Hong and Oh[39], 200315Mental retardation6/5Twice per week/50 min/20 timesCoordination (static, hand movement, general movement)Korean Oseretsky Test of Motor Proficiency2
Kwon et al[38], 20044-10Developmental disability 12/14Twice per week/40 min/24 timesSensory, motorSensory profile, PDMS2
Kim et al[48], 20058-13Intellectual disability11/9Three times per week/40 min/30 timesGross motor (motor, balance)GMFM-88, BOTMP2
Kim and Park[30], 20058-10Intellectual disability12/12Three times per week/40 min/60 timesEmotional behaviorEBC2
Kim et al[40], 20068-10Intellectual disability12/12Three times per week/40 min/60 timesObject manipulationTGMD-22
Jeon and Ahn[49], 200610-13Intellectual disability10/10Three times per week/40 min/24 timesAttentionSuperlab Pro 1.052
Kang and Kang[34], 20076-13Developmental disability19/19Twice per week/60 min/40 timesAdaptive behaviorKISE-SAB2
Kim[41], 20078-9Moderate intellectual disability12/12Six times per week/40 min/60 timesMotorTGMD-22
Kim[50], 20076-10Intellectual disability8/8Twice per week/90 min/24 timesLocomotion skills (gross motor)TGMD-22
Kim[31], 20083-4No disability3/4Twice per week/40 min/8 timesAdaptive behaviorABC2
Kwon[29], 20084-12Developmental disability19/20Twice per week/40 min/36 timesMotor, visual perceptionTVPS-R, BOT2, SMS, SP2
Yu and Koo[51], 20089-11ASD10/10Twice per week/40 min/24 timesStereotyped behavior time, brain wave changeTime sampling record, WEMG-82
Cho[33], 20087-36 moDevelopmental disability32/30Once a week/30 min/8 timesDevelopment, sensory, routine movementDDST, CCDT Wee FIM, SP2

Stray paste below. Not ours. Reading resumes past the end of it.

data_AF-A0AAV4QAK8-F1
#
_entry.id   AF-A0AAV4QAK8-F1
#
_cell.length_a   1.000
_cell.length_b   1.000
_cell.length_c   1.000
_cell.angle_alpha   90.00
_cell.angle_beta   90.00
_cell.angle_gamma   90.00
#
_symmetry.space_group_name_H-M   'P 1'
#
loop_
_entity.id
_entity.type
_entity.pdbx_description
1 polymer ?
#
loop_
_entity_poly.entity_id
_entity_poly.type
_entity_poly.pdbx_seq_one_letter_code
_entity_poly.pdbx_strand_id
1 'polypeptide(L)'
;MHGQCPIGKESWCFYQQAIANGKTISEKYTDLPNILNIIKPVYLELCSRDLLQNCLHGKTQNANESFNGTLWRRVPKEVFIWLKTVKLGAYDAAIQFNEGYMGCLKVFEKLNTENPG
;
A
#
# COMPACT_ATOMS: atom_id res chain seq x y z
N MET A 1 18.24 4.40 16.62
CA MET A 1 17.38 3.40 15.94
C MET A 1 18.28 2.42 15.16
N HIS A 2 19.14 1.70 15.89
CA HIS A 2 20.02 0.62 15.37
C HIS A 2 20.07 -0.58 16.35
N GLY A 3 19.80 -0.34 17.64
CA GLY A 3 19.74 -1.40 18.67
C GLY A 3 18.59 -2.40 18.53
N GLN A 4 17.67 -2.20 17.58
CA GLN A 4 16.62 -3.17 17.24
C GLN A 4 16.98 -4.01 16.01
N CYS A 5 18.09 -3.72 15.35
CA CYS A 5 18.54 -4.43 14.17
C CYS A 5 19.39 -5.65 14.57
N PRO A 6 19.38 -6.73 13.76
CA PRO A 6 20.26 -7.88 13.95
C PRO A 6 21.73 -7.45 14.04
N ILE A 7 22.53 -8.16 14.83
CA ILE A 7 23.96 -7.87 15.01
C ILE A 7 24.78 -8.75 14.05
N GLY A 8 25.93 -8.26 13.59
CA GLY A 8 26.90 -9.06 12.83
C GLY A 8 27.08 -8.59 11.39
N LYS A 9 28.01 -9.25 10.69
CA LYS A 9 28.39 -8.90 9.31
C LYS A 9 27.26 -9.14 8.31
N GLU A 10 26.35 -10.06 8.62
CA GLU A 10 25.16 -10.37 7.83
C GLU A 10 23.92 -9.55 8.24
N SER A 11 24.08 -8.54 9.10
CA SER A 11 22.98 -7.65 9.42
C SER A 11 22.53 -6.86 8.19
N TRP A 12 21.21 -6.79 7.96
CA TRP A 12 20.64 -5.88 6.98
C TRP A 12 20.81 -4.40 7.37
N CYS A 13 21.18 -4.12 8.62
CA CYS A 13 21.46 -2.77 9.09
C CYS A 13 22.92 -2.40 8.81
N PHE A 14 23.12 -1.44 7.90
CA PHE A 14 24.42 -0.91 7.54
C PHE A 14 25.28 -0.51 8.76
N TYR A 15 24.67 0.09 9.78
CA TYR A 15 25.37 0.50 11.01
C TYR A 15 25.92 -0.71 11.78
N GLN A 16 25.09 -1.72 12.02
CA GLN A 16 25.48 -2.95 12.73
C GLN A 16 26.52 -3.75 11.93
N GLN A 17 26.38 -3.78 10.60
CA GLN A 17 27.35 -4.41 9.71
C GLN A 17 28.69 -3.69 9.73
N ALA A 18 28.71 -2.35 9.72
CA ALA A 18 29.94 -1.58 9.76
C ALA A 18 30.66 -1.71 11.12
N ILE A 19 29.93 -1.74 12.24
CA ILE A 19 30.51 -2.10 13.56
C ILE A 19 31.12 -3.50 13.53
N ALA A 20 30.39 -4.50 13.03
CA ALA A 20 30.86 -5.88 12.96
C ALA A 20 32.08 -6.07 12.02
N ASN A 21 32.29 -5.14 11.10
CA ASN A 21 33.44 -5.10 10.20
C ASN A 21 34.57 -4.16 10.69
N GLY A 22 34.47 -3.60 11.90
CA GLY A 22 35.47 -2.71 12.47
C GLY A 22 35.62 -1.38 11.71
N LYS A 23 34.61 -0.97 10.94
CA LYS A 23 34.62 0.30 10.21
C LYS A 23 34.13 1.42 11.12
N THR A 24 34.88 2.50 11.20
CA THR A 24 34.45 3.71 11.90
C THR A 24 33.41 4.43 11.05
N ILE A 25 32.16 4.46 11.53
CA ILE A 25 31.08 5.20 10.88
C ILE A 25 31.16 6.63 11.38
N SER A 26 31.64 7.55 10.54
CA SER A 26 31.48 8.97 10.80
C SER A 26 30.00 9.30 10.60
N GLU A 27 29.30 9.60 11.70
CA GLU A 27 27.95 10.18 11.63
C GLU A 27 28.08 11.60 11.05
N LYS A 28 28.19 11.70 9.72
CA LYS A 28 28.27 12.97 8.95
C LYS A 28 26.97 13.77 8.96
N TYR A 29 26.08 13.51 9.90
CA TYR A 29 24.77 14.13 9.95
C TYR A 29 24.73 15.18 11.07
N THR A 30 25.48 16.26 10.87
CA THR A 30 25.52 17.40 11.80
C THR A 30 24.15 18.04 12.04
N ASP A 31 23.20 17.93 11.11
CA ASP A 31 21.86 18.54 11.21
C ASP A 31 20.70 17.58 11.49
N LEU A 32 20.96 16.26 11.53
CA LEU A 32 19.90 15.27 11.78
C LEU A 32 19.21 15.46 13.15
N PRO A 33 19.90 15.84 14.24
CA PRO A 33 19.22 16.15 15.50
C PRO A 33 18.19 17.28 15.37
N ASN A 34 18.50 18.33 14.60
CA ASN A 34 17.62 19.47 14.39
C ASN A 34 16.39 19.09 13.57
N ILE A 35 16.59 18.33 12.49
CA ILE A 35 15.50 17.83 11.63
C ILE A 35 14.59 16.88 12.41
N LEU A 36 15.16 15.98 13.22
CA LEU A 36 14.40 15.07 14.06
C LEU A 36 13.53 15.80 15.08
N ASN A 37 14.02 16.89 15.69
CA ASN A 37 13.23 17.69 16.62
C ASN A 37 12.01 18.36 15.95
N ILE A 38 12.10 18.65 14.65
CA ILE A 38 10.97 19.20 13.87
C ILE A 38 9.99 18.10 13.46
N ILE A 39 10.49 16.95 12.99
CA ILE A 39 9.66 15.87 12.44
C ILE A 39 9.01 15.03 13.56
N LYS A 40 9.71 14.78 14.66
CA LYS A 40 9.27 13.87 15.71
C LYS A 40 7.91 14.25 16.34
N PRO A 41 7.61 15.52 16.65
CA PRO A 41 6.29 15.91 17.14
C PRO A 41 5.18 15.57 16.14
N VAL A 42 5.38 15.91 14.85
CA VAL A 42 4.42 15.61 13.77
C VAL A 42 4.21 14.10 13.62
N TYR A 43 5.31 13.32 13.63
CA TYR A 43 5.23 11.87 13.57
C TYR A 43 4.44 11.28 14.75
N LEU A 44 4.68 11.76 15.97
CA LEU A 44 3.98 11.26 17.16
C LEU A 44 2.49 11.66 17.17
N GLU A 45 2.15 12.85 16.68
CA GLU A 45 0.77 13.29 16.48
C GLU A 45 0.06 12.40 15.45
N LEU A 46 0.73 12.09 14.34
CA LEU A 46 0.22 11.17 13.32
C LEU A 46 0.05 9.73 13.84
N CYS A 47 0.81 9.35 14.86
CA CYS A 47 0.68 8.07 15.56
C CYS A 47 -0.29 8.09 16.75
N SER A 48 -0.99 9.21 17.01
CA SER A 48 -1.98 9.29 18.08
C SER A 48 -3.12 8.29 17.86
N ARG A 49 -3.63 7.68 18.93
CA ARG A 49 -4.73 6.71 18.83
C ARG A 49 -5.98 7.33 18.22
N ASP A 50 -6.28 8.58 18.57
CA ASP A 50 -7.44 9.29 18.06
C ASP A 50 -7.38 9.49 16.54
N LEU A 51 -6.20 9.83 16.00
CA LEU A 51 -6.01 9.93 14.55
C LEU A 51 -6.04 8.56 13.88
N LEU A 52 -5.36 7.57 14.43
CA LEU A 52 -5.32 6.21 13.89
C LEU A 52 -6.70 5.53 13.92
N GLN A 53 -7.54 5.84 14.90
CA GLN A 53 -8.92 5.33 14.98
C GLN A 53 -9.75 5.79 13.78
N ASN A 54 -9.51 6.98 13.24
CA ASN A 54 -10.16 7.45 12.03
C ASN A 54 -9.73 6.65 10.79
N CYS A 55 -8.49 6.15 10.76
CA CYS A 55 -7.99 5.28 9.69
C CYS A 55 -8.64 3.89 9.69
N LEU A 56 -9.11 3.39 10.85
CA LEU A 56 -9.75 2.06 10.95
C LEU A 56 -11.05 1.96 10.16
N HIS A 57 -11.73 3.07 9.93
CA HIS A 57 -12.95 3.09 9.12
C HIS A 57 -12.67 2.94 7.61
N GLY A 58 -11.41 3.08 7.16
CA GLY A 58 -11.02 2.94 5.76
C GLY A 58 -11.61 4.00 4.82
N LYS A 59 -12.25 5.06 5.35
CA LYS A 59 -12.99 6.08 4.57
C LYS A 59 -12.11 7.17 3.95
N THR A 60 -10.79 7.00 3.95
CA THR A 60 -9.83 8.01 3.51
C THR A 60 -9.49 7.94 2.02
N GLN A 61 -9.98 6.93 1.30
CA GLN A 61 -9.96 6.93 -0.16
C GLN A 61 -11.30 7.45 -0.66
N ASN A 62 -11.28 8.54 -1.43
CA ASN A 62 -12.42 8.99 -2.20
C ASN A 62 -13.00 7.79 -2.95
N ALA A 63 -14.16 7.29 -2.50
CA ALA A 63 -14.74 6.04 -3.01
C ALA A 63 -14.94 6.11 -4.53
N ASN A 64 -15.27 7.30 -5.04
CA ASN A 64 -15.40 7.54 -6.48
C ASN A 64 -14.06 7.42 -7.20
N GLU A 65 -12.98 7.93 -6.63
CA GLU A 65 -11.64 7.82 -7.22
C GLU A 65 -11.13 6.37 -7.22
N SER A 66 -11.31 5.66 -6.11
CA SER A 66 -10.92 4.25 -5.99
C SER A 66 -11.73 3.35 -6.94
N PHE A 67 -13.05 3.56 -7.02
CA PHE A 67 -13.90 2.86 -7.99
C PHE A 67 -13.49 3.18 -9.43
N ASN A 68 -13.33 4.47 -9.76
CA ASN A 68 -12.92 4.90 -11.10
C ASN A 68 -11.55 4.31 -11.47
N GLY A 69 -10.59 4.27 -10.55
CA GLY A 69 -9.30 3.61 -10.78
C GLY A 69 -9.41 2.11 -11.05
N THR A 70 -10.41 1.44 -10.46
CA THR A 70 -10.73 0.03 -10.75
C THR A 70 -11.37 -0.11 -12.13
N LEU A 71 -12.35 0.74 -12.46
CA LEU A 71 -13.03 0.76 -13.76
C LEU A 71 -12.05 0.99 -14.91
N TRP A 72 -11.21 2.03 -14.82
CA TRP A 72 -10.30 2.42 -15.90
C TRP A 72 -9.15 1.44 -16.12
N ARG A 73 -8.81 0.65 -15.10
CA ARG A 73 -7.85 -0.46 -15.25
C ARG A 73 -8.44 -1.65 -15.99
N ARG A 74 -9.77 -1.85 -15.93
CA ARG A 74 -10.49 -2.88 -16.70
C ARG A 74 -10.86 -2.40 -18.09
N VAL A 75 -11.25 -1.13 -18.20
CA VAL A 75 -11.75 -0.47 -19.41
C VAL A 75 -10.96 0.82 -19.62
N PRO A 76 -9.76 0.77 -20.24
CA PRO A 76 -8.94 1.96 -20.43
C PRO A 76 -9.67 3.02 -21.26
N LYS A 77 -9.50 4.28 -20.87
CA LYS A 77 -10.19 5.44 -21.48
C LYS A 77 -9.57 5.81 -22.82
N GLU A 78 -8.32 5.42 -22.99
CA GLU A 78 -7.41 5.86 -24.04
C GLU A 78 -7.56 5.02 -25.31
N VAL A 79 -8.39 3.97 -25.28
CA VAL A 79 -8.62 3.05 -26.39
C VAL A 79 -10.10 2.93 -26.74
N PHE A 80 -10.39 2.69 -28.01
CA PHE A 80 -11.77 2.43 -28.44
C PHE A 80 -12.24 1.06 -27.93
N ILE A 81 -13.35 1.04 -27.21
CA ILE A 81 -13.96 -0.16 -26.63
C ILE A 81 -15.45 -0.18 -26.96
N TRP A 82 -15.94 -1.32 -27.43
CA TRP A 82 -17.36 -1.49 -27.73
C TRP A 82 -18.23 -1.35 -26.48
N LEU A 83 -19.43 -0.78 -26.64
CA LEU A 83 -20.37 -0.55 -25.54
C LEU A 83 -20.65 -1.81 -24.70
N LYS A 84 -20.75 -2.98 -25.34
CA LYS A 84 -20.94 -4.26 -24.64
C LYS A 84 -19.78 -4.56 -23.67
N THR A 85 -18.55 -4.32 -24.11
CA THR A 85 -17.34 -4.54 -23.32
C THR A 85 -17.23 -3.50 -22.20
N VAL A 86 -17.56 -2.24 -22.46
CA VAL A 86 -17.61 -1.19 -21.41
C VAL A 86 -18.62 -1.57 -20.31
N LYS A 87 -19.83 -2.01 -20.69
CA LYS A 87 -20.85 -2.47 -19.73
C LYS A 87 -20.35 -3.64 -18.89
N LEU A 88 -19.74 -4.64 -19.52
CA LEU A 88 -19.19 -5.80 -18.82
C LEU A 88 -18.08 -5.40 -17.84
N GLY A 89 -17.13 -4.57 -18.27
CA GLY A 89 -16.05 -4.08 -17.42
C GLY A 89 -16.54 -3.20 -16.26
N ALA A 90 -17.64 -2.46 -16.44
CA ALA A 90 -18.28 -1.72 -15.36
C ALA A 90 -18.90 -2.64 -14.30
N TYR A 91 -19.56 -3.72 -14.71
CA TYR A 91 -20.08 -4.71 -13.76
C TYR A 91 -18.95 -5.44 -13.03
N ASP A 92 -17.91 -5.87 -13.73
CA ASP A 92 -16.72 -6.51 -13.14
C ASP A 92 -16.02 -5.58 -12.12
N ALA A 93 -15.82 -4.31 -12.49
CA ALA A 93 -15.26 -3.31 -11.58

Kim[32], 20092-5Intellectual disability, mild ASD4/3Twice per week/30 min/20 timesSensory, social, emotionalSSP, ITSEA, MT-MAP2
Choi[36], 20105-7Developmental disability (except CP,
ASD)
10/10Twice per week/40 min/16 timesGross motor (motor, balance)GMFM, BOTMP1
Kim[42], 20117-14Developmental coordination disability8/8Twice per week/40 min/8 sessionsHand function (precision, dexterity)Groove pegboard, BOTMPII2
Lee[43], 20135-7ASD5/5Twice per week/60 min /14 sessionsMotor, play behaviorOseretsky motor skill test, PPBS2
Lee[52], 2015NLT 7Spastic diplegic cerebral palsy10/10Twice per week/40 min/10 sessions Body schema, motor, self-efficacyDraw-A-Person Test, GMFM-66, PSEQ1
Lee[45], 20176-10ADHD8/8Twice per week/40 min/16 sessionsSensory, motor skill at movementSSP, BOT-2, VMI2
Ryu[46], 20173-7Disabled and non-disabled brothers/
Disabled children
20 (10 Group)/10Group (once a week/40min/10sessions); Individual (once a week/40 min/10 sessions)Interaction, sensory processing; Play (time, level)Peer Interaction scale; SSP, Revised knox; preschool play scale